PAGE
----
Physical Anthropology, Language, And Evolution Essay

Length: 3 pages Sources: 3 Subject: Anthropology Type: Essay Paper: #23685402 Related Topics: Anthropology, Charles Darwin, Evolution, Second Language
Excerpt from Essay :

Thus, in order to study a concept with which he or she is familiar with in some way, a physical anthropologist will most probably employ a typical anthropological analysis, which he or she uses every time they study a culture. Using physical anthropology as a form of studying evolutions means that you have to refrain from expressing biased opinions and treat the matter similarly to how you treat any anthropological study (Chapter 4, p. 98).

The Human Genome Project was an international scientific research attempt to discover the cycle of chemical base pairs which compose the DNA. The project was also meant to recognize and map the genes of the human genome. The Human Genome Project brought notable progress to the study of evolution, given the fact that it can assist future studies in finding differences between people (Richards & Hawley, 2005).

Linguistic anthropologists study how language influences society and how it evolved through time. According to linguistic anthropology, linguistic structures evolve, as people constantly find more effective methods of using language. It is not certain whether the language conveyed by humans is similar to the one present in animals, as while some support this concept, others believe that human language is unique...



It is virtually impossible for a linguistic anthropologist to determine the exact origins of human language. In order to discover to whom to attribute a particular language, an anthropologist might study factors like writing, fully developed language, unintelligible speech, hand gestures, etc.

Physical and linguistic anthropologists cooperate in a series of fields, as some of the discoveries they make are valuable for both domains. While physical anthropologic studies are mainly performed in laboratories, those performed by linguistic anthropologists are known to be made primarily through fieldwork. In spite of the progress anthropology experienced in recent years, mankind lacks "adequate knowledge of the structures in that part of the human brain to which the control of speech production is attributed" (Salzmann, 1998, p. 127). Physical anthropology is nonetheless significant for assisting linguistic anthropologists in studying language by relating it to physical evolution.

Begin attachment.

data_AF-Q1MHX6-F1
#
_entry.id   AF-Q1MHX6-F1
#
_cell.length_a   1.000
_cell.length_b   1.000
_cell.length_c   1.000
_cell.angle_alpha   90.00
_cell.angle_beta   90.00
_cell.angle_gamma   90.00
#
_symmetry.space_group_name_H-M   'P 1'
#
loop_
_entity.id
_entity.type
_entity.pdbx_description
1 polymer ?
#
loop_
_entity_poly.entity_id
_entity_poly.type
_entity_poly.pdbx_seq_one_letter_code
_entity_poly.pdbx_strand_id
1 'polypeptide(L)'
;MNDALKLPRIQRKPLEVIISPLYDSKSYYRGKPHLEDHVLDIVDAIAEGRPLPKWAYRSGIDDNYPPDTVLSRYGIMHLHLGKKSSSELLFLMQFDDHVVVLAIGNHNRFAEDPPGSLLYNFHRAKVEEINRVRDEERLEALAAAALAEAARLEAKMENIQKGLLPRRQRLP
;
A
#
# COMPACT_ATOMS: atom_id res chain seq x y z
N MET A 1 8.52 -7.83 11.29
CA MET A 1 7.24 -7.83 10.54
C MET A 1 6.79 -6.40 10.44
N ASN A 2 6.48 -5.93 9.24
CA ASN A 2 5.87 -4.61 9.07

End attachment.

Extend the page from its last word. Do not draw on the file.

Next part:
Language has experienced impressive progress over time, but while some cultures (particularly those who are part of urbanized areas) have a complex and distinguishable speech, others (tribes, small isolated communities) have more limited linguistic abilities which are to some extent comparable to those seen in people having lived several millennia ago (Salzmann, 1998, p. 192).

Works cited:

1. Richards, J.E. And R. Hawley, S. (2005). The Human Genome: A User's Guide. 2nd ed. San Diego,…

Sources Used in Documents:

Works cited:

1. Richards, J.E. And R. Hawley, S. (2005). The Human Genome: A User's Guide. 2nd ed. San Diego, CA: Elsevier Academic.

2. Salzmann, Z. (1998) Language, Culture & Society: An Introduction to Linguistic Anthropology. Boulder, CO: Westview Press.

Cite this Document:

"Physical Anthropology Language And Evolution" (2010, July 24) Retrieved January 23, 2022, from

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"Physical Anthropology Language And Evolution", 24 July 2010, Accessed.23 January. 2022,

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